Understanding Lawyers' Fees

Knowing how your lawyer tallies up your legal tab can help you negotiate a 'fee adjustment' that favors your wallet.

By Marc Diener • Nov 16, 2004

Opinions expressed by Entrepreneur contributors are their own.

Just because lawyers are high-rent professionals doesn'tmean you can't negotiate with them. Many will"adjust" their fees (before or after the fact) if youknow what to ask for. Here are some of the ways your attorney mighttry to make 2 + 2 = 5:

  • Hourly or daily rates:
  • I believe there's an innatefairness to billing by time--provided your attorney doesn'tdrag his feet or over-lawyer to pump up his or her receivables.Prevent this by insisting he or she: 1) gets your express, prior,written approval before specific tasks are undertaken and 2) sendsbills frequently enough so you can attempt to control costs.
  • The minimum billing unit:
  • One attorney I know used to brag aboutbilling 10 hours by lunchtime using quarter-hour minimums! Watchthe clock. Obviously, the smaller the minimum unit, the better foryou.
  • Double billing:
  • When two or more hourly professionalsstart jawboning, it gets really expensive, really fast. Doublebilling may be legit when different specialists are needed. Othertimes, you're financing some rookie's education.Don't.
  • Padded bills:
  • These are common. After all, eight andthree-quarters hours could just as easily be nine or even 10 hours.It's tough to police. Know that in big firms, there's a lotof pressure on young members to bill hours. Watch for large roundnumbers. Question each entry. Keep track of time as much you can:phone calls, meetings you attend and so on. Compare your numbers tothe ones on your bill.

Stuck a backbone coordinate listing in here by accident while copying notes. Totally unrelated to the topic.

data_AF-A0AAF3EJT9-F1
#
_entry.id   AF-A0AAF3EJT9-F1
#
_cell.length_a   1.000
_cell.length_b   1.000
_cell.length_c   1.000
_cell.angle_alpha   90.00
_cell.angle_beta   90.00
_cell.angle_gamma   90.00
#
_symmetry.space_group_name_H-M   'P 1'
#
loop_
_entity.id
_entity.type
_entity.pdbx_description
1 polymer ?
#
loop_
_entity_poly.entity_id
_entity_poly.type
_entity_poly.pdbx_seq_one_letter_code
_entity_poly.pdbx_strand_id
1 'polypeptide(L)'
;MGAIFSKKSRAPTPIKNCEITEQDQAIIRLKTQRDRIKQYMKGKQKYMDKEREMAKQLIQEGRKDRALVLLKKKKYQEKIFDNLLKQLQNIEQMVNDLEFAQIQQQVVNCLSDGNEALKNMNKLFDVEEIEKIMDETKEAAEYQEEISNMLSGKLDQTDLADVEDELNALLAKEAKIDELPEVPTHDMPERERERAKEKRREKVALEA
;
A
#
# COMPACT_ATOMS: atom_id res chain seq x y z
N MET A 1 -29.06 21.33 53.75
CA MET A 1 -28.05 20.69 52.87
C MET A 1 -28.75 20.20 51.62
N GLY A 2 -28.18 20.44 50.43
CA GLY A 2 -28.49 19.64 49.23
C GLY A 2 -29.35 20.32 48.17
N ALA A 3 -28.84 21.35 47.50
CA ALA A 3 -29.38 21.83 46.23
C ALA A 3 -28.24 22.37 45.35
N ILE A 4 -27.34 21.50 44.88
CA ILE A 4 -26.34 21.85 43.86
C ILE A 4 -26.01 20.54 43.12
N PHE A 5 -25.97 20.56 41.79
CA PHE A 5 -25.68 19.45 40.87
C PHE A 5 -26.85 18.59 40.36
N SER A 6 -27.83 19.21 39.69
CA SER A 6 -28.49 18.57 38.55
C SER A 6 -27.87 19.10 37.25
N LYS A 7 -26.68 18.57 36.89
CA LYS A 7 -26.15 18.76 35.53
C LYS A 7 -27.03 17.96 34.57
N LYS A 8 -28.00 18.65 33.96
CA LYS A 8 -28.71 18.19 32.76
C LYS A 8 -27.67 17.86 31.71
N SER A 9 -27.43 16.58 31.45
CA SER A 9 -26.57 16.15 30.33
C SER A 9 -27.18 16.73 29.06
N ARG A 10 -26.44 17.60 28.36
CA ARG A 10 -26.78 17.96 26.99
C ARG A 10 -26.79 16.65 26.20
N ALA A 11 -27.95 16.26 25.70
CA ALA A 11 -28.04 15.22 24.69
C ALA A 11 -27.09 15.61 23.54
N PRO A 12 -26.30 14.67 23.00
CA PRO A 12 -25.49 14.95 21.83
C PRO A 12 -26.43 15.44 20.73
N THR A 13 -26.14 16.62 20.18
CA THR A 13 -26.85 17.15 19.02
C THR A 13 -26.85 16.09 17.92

• Bills that are too general:
  • A two-line invoice for 226 hours callsfor a detailed breakdown. It's your right to check forinaccuracies, double billing, padding and the like.
  • The percentage:
  • Sometimes called a contingency, thepercentage was the subject of last month's column. Compare itagainst an hourly rate to see which works better for you. Whenlitigators are involved, a contingency is often the way to go: norecovery, no fees.
  • The flat fee:
  • Certainty is the selling point here.The problem, however, is fixing the amount. Unless it's astandard service in a competitive market, professionals willprotect themselves by quoting really high and excluding certainservices. So think twice: A well-controlled hourly rate may bebetter. And if you do opt for a flat fee, hold back enough cash tomake sure your job is finished. Here are some variations:
  • The retainer:
  • In its pure form, the retainer is aset amount that assures your lawyer's availability for acertain period of time. Sometimes it's applied against futurefees. It may also refer to a returnable advance made for servicesto be rendered. It depends on the professional, so be clear.
  • Value billing:
  • This is very stylish these days. Inessence, the fee is based on the value of the service to theclient. Sometimes it's negotiated in advance; other times,after the fact. Obviously, it requires lots of good faith on bothsides.

A speaker and attorney in Los Angeles, is author of Deal Power.

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